edited March 2016
  • French_PeasantFrench_Peasant Posts: 1,631Member Member Posts: 1,631Member Member
    Locally the skills seem to retiring and passing away. I noticed in a local greasy spoon the pies in the pie case had come off of a truck instead of the kitchen like in the past. The greens and other vegetables come in gallon cans so nothing is home grown anymore. Now that I am physically doing better on LCHF I have thought about a garden. My wife and I grew up with stay at home moms so canning and food storage is known in our house.

    I think you should garden! :-) Besides growing your own food, there is so much enjoyment in the work of it. We raised our kids this way. They have gardened a large garden with us their entire lives. Harvested, scrubbed, frozen, and canned everything. For some reason, we wanted them to know where their food came from and how to eat it as fresh as they could. Their bodies don't like food from restaurants too much because it doesn't taste "real" to them and doesn't tend to digest well for them. Maybe that's the canned veggies and things restaurants use? I don't know. I hope they'll continue to garden and teach their kids as they get older, but who knows what life will bring? We are looking at downsizing our garden now that they are almost grown and it makes me kind of sad. I'm a bit afraid I won't garden so much when they are gone just because of convenience. :/ I completely agree with you about it passing away. So many kids today have no clue where their food comes from much less how to grow and preserve their own.

    I can't believe that I missed this comment by @GaleHawkins! I am a huge proponent of gardening, and have found that it is one of the best things you can do for your health and well-being, both for nutrition and for exercise. I am going to open a separate thread on this, because it's an important topic.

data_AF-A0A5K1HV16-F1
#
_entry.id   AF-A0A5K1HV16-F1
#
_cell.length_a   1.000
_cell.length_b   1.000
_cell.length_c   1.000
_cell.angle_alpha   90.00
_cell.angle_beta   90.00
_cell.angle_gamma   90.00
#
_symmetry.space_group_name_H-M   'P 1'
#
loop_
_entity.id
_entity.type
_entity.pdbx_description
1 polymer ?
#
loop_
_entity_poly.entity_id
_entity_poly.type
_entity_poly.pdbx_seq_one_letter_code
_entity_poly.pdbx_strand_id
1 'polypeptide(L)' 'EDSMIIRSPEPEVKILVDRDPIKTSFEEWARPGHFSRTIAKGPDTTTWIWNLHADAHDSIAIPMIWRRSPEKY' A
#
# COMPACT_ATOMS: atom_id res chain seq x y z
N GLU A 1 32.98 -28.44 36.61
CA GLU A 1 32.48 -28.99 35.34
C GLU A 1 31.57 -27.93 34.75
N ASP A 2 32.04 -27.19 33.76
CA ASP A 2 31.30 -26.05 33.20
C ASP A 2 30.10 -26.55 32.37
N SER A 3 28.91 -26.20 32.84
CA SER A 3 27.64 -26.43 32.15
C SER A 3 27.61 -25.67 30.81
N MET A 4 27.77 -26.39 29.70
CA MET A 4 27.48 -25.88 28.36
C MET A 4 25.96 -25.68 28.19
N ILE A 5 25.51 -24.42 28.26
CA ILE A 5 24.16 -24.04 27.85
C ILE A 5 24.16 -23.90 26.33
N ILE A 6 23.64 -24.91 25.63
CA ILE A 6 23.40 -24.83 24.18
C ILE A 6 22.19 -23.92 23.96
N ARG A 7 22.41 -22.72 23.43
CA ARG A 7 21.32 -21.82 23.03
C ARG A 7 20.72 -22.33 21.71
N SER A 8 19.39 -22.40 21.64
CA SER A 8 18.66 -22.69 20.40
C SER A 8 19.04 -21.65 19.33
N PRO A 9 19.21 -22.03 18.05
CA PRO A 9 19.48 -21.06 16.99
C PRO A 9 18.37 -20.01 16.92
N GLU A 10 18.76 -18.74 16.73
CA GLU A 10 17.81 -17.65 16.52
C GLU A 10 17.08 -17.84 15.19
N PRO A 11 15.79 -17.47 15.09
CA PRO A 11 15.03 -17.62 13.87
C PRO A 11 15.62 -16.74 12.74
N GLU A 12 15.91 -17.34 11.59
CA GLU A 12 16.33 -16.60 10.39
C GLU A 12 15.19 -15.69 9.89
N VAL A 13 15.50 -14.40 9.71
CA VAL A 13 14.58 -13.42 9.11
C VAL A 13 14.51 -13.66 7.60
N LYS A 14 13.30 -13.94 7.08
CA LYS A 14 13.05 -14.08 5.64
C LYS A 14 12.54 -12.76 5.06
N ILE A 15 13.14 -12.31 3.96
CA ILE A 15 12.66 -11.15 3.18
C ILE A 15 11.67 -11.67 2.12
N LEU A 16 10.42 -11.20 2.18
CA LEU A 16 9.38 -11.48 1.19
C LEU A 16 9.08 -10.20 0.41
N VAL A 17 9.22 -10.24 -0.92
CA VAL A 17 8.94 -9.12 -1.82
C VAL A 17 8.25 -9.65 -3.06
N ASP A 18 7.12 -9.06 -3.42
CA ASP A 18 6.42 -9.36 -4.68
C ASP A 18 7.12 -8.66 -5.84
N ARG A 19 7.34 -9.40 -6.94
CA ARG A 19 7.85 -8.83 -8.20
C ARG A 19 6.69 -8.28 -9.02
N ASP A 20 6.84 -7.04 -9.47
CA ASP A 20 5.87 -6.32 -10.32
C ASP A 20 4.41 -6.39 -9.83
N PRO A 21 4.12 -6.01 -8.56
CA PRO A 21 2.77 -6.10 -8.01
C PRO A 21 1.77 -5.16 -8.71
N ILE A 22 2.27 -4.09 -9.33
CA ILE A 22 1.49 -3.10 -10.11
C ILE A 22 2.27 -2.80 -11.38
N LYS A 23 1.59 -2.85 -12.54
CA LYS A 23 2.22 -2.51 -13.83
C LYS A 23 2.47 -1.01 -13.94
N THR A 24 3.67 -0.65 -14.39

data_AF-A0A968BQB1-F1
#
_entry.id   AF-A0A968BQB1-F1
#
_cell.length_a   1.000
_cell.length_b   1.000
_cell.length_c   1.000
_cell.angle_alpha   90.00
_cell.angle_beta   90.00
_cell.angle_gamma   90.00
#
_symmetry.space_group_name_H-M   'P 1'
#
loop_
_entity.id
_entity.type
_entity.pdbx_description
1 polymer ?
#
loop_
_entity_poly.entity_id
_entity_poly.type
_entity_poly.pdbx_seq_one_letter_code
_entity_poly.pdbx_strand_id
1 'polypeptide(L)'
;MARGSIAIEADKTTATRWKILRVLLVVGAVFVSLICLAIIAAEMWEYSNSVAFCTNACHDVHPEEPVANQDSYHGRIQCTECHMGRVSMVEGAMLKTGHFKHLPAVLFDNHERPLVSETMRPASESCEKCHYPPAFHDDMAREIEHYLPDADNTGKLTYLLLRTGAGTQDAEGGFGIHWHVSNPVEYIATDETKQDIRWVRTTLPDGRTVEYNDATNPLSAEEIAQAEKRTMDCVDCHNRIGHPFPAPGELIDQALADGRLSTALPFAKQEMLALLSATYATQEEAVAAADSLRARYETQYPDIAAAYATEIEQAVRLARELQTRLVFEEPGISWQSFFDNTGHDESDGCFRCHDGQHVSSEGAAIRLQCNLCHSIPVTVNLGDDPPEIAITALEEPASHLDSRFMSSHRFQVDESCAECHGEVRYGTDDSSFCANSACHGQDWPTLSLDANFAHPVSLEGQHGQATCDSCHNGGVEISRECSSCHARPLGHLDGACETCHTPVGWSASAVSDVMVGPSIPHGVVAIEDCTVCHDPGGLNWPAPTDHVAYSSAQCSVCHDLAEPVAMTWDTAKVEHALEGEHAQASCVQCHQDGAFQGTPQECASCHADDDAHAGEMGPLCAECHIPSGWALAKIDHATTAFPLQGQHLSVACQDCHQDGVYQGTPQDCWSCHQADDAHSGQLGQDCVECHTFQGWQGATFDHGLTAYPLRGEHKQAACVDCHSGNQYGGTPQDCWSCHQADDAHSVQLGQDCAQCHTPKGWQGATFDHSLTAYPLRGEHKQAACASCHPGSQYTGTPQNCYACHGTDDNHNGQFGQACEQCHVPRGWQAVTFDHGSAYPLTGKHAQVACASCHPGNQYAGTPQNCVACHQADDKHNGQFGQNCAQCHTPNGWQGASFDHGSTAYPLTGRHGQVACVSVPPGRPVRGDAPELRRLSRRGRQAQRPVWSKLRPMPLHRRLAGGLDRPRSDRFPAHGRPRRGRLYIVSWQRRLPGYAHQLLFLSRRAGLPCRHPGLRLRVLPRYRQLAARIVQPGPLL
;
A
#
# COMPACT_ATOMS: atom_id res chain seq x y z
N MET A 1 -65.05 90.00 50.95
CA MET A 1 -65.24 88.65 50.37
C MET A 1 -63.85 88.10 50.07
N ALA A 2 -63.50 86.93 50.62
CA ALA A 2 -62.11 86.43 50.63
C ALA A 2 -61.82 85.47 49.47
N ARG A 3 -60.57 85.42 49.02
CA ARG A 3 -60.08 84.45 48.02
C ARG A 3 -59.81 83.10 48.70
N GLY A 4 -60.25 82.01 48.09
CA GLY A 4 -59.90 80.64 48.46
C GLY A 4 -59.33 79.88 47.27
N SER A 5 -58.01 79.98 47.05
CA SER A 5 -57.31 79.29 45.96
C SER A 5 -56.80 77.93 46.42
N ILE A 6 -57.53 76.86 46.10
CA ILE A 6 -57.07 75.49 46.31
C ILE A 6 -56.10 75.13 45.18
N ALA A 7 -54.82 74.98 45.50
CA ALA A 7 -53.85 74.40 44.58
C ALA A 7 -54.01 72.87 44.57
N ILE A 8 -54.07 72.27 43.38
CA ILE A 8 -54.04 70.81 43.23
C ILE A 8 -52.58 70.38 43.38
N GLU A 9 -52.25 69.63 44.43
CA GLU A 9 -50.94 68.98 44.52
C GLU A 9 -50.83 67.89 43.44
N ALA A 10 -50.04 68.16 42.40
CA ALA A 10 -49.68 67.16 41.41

• French_PeasantFrench_Peasant Posts: 1,631Member Member Posts: 1,631Member Member
    Locally the skills seem to retiring and passing away. I noticed in a local greasy spoon the pies in the pie case had come off of a truck instead of the kitchen like in the past. The greens and other vegetables come in gallon cans so nothing is home grown anymore. Now that I am physically doing better on LCHF I have thought about a garden. My wife and I grew up with stay at home moms so canning and food storage is known in our house.

    I think you should garden! :-) Besides growing your own food, there is so much enjoyment in the work of it. We raised our kids this way. They have gardened a large garden with us their entire lives. Harvested, scrubbed, frozen, and canned everything. For some reason, we wanted them to know where their food came from and how to eat it as fresh as they could. Their bodies don't like food from restaurants too much because it doesn't taste "real" to them and doesn't tend to digest well for them. Maybe that's the canned veggies and things restaurants use? I don't know. I hope they'll continue to garden and teach their kids as they get older, but who knows what life will bring? We are looking at downsizing our garden now that they are almost grown and it makes me kind of sad. I'm a bit afraid I won't garden so much when they are gone just because of convenience. :/ I completely agree with you about it passing away. So many kids today have no clue where their food comes from much less how to grow and preserve their own.

    I can't believe that I missed this comment by @GaleHawkins! I am a huge proponent of gardening, and have found that it is one of the best things you can do for your health and well-being, both for nutrition and for exercise. I am going to open a separate thread on this, because it's an important topic.

    Gardening thread opened here: http://community.myfitnesspal.com/en/discussion/10362989/on-gardening#latest
Sign In or Register to comment.